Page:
The Freedom From Religion Foundation is keeping the heat on Giles County Public Schools in Pearisburg, Va., to ensure that Ten Commandments displays don’t reappear in school buildings. More than a few Christians in the area are livid that they are being asked to abide by the law. Students have staged a walkout to protest the Commandments being removed.
FFRF Staff Attorney Patrick Elliott first complained about the violation Dec. 8 on behalf of a local resident who objected to a Commandments display in the hallway of Macy McClaugherty Elementary and Middle School. Superintendent Terry Arbogast replied Dec. 17 that the display, and similar ones in other district buildings, would be removed during Christmas break and replaced with “another historical document.” Then the School Board, overwhelmed by public complaints led by two clergy, voted 5-0 on Jan. 20 to flout the Constitution and flaunt the Commandments.
FFRF responded that unless the district removed the clearly unconstitutional displays, a lawsuit would be filed. Elliott called the vote “a disgrace evidencing a total disregard for the Constitution and the rule of law.” He warned the School Board, “Do not be duped by possible offers from Religious Right [legal] groups. They may volunteer some time, but they never pick up the plaintiffs’ tab.”
FFRF located two school district families who agreed to be co-plaintiffs in a federal lawsuit, with Elliott and Rebecca Glenberg, ACLU of Virginia attorney, acting as co-counsel. The suit would be filed in U.S. District Court in Roanoke. Mat Staver of Liberty Counsel offered Giles County support. Arbogast warned the School Board that fighting a suit could cost the district $300,000.
“Plaintiffs with children in the schools have come forward,” Annie Laurie Gaylor, FFRF co-president, announced to media in Virginia. “They’re our heroes.”
The board then held a special meeting Feb. 22 and voted to remove the Commandments in all buildings. The same day, the U.S. Supreme Court declined without comment to hear a Liberty Counsel appeal challenging a ruling that struck down the display of the Ten Commandments inside two Kentucky courthouses [see State/Church Bulletin on page 19].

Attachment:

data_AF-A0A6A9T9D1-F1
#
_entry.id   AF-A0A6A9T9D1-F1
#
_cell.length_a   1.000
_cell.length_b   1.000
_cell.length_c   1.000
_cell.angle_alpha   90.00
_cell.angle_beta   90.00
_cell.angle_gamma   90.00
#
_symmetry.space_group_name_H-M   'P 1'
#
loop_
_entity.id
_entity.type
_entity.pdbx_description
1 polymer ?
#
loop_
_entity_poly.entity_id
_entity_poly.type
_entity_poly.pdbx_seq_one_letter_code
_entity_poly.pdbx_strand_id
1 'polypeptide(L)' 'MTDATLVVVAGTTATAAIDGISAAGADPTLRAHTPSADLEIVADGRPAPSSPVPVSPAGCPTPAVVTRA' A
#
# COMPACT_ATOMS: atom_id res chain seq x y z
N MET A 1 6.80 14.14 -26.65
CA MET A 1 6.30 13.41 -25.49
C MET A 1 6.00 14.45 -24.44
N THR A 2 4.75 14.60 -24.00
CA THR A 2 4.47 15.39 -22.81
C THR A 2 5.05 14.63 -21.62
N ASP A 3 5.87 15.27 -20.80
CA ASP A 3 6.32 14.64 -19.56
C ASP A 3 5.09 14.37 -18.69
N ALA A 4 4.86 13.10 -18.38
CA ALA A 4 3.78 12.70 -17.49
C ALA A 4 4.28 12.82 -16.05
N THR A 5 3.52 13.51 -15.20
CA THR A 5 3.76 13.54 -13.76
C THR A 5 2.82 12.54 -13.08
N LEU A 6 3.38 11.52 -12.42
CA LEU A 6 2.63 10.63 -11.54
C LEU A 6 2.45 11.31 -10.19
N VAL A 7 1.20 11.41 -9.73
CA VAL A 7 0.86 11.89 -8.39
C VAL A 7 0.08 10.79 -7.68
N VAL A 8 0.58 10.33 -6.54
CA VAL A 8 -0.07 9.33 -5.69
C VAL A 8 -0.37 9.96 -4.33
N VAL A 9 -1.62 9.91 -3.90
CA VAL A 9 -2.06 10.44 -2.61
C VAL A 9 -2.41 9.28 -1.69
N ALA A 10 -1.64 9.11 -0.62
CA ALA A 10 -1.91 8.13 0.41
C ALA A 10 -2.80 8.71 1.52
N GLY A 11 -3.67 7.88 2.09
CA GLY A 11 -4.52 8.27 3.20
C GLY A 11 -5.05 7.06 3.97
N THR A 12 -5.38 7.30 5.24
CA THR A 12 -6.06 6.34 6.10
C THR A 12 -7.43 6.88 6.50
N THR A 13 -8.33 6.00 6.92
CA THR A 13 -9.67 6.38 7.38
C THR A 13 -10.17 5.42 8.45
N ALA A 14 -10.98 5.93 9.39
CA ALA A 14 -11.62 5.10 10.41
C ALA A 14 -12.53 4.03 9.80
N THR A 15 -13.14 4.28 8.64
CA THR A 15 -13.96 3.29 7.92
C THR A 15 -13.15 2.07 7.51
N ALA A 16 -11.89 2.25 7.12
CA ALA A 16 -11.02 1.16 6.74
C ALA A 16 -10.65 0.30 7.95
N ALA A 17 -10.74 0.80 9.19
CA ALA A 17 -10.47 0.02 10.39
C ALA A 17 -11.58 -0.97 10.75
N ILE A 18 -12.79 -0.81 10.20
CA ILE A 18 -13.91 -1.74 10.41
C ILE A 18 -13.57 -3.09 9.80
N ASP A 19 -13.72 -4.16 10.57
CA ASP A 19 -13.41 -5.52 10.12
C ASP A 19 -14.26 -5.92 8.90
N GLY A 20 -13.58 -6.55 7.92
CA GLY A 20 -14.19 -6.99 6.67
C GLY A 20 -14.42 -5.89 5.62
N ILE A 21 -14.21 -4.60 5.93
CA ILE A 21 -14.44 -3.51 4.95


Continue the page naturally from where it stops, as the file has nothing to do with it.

After the vote, Arbogast ambiguously wrote FFRF on Feb. 22 “no display containing the Ten Commandments will be posted in our schools without express approval of the Giles County School Board.”
Elliott responded that removing the displays was a wise decision. “Along with the ACLU of Virginia, we are monitoring the situation to ensure that the School Board does not attempt to skirt the law and put the Ten Commandments back into Giles County schools. Any such attempts to violate the Constitution and Supreme Court precedent would constitute a losing legal battle for the School Board. It is evident that this issue has been divisive in the community. This is precisely why the First Amendment protects citizens from government-sponsored religious messages.”
The Roanoke Times strongly criticized state and local officials in a Feb. 11 editorial. “In 2004, a student complained, but no one fixed the problem.
“Not only does the display violate the First Amendment, but it also goes against the Virginia Board of Education’s ‘Guidelines Concerning Religious Activity in the Public Schools,’ ” the paper said.
The editorial concluded, “A clear statement from the state board denouncing Giles County’s decision for noncompliance with the state guidelines on religion in the school would bring welcome clarity to the current dispute. It might even convince local officials to reconsider their decision to play favorites with religion and violate the Constitution.”
The board has a regular meeting set for March 15. FFRF and the ACLU are analyzing documents received after filing an open records request related to the displays.
The Roanoke Times reported March 9 that “a small group of students” stayed out of high school classes March 7 to protest removal of the Commandments. Student Dustin Dowdy said he spent about three hours outside the school by himself on March 8, then went home because he got cold. He said his participation in the protest drew a three-day, off-campus suspension.
Television stations reported tensions running high in area schools, in part involving students who were labeled as “atheists” for opposing the Commandments displays. A Christian club ordered T-shirts bearing the Commandments.
Gaylor noted the difference between private speech by students and unlawful government speech promoting religion.